“Yes, you do, and I don’t fault you for that, but I never feel thanked by the people we work so hard for. They thank you all the time; we see it in the press you get.”
“But Harold, this is a not-for-profit outfit for kids! It’s not like the children we work for are going to know everyone in the business! I’m the boss, so I’m the front man. They get to know me, but it’s not like a child is going to search out everyone involved!”
Harold fumed. “Well, it’s not fair. You know what we do! You know we’ve already worked hard all year, and our busiest time of that year starts tomorrow! We’ll all work through it, and then you’ll collect all the perks. What about us? What do we have to look forward to?”
“Look, Harold, I’m sorry you feel this way.”
Poppa looked about the table in frustration, seeing the disagreement had halted the festivities. All up and down the table eyes looked studiously away, their owners obviously uncomfortable and wishing they were anywhere but where they were. This was not something Poppa wanted for his Thanksgiving dinner! He looked back to Harold, who still stood, staring at Poppa, arms folded angrily across his chest.
“Harold, I am sorry. Is there anything I can do to show my appreciation for all the hard work you do?”
Harold was the one who looked away now. “Well . . .
But Poppa saw Harold watching him out of the corner of his eye and knew that Harold did have a specific aim, a particular goal in starting all this. He dialed for his command voice.
“Out with it, Harold.”
“I want to drive the sleigh.”
“What?” said Poppa, caught by surprise.
“You heard me. I want to drive the sleigh.”
Poppa looked down the table at Rupert, who cared for the reindeer and had been his regular driver for years. He raised his eyebrows. Rupert shook his head and shrugged, then shot a glance at Harold’s thunderous expression. He looked back to Poppa and nodded energetically.
“All right, Harold. Thirty nights from now, you can drive the sleigh.”
“Thank you.” Harold sat. His arms were still folded over his chest, but Poppa thought he saw the ghost of a smile touching the elf’s lips.
Honestly, Poppa thought as the sound and energy of the festivities began to crank up once more. I’m thankful it was something that simple. Imagine if he’d wanted to make the deliveries!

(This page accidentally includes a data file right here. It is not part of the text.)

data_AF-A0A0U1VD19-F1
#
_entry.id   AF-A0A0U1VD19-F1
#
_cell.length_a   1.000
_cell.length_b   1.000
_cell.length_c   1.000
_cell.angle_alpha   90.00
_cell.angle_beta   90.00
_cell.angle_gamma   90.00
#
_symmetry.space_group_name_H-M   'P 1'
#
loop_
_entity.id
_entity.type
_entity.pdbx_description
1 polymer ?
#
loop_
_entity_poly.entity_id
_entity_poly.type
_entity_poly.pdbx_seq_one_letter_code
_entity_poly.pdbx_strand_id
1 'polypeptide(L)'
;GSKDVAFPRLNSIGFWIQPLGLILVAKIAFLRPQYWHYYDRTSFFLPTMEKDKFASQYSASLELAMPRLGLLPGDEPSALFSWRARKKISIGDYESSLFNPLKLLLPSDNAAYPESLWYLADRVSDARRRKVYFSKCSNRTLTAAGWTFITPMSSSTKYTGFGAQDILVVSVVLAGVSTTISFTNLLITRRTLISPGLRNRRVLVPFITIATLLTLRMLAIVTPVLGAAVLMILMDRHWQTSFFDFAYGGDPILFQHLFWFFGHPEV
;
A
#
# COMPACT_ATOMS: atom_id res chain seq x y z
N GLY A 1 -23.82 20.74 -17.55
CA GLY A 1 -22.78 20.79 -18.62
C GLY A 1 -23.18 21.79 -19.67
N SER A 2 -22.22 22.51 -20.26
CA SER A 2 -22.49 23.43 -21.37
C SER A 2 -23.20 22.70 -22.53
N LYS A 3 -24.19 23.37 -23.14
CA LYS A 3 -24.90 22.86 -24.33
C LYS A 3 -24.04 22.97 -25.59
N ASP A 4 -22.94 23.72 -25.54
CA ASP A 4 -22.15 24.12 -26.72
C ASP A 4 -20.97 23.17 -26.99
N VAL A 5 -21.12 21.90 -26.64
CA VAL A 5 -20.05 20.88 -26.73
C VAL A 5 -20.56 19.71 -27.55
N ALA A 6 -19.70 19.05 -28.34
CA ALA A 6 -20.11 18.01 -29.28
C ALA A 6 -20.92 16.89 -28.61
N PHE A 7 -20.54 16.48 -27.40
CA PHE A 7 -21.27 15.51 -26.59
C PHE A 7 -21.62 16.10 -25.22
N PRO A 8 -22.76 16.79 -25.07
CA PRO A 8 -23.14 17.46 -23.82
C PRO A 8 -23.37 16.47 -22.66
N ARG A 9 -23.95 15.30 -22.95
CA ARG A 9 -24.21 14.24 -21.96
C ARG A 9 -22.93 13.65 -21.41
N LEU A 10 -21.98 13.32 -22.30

And with that, the Kringle family Thanksgiving Day feast continued into the night.
~ ~ * * ~ ~

And so it begins . . .
Come back next week for the second installment of Harold’s Holidays: “Old Saint Nick.”

(If you like serialized stories, check out my other 4-episode tale, A Fortune in Ink, over at The Storyside.)

Talk to you later.

Monday, November 21, 2016

Triplicity's Company

Greetings, WYMOP readers!
I was traveling this week, and usually that means I come over here and have a little bitch session about my flight, or the TSA, or something, right?
But this time I chose the right line at security and didn’t even have to take off my shoes. I got an aisle seat like I wanted, and wound up with an average-sized woman next to me rather than an ex-professional linebacker with an eating disorder, and we managed not to get in each other’s ways. There were a ton of toddlers on my flight, but all the parents must have pooled their resources and bought up a ton of Nyquil for the little tots; I didn’t hear a peep.
Son of a bitch, I had a good flight. What the hell am I going to write about?
Looks like I’ll have to blab at you about Triplicity. Oh, woe is me.
Some of you may remember that, many, many moons ago (okay, 2013), I released my first short story collection, Dead of Winter. You may have missed it. It wasn’t out long before I had a little disagreement with the publisher and had it pulled from the shelves. You can still find it listed on Amazon, where it’s clearly marked “Out of Print.”
Oh, woe is me.
I moved on, but was still sad about Dead of Winter. It was really well received in the short time it was out there; lots of people liked it, and it even won an award. A couple of small publishers expressed interest in re-releasing it, but nothing ever came of it. I thought about putting it out myself, but lacked the funds—and the know-how—to do it right, to put out the kind of quality product I wanted.
What to do? What to do?
Then I got an invitation from Books & Boos Press: they had a project they thought I might be interested in—a collection of novellas, rather than short stories. They had two tales and were looking for a third, did I think I might have anything for them? Why yes, I said. I thought I might. I knew what kind of product Books & Boos put out—they’d handled my second collection, Echoes of Darkness, back in February—and they’re the top shelf of small presses. I bit my lip, brought out the virtual scalpel, and excised one of the stories from my Dead of Winter manuscript.
People enjoy this story, damn it. They deserve to read it. And in the best possible setting.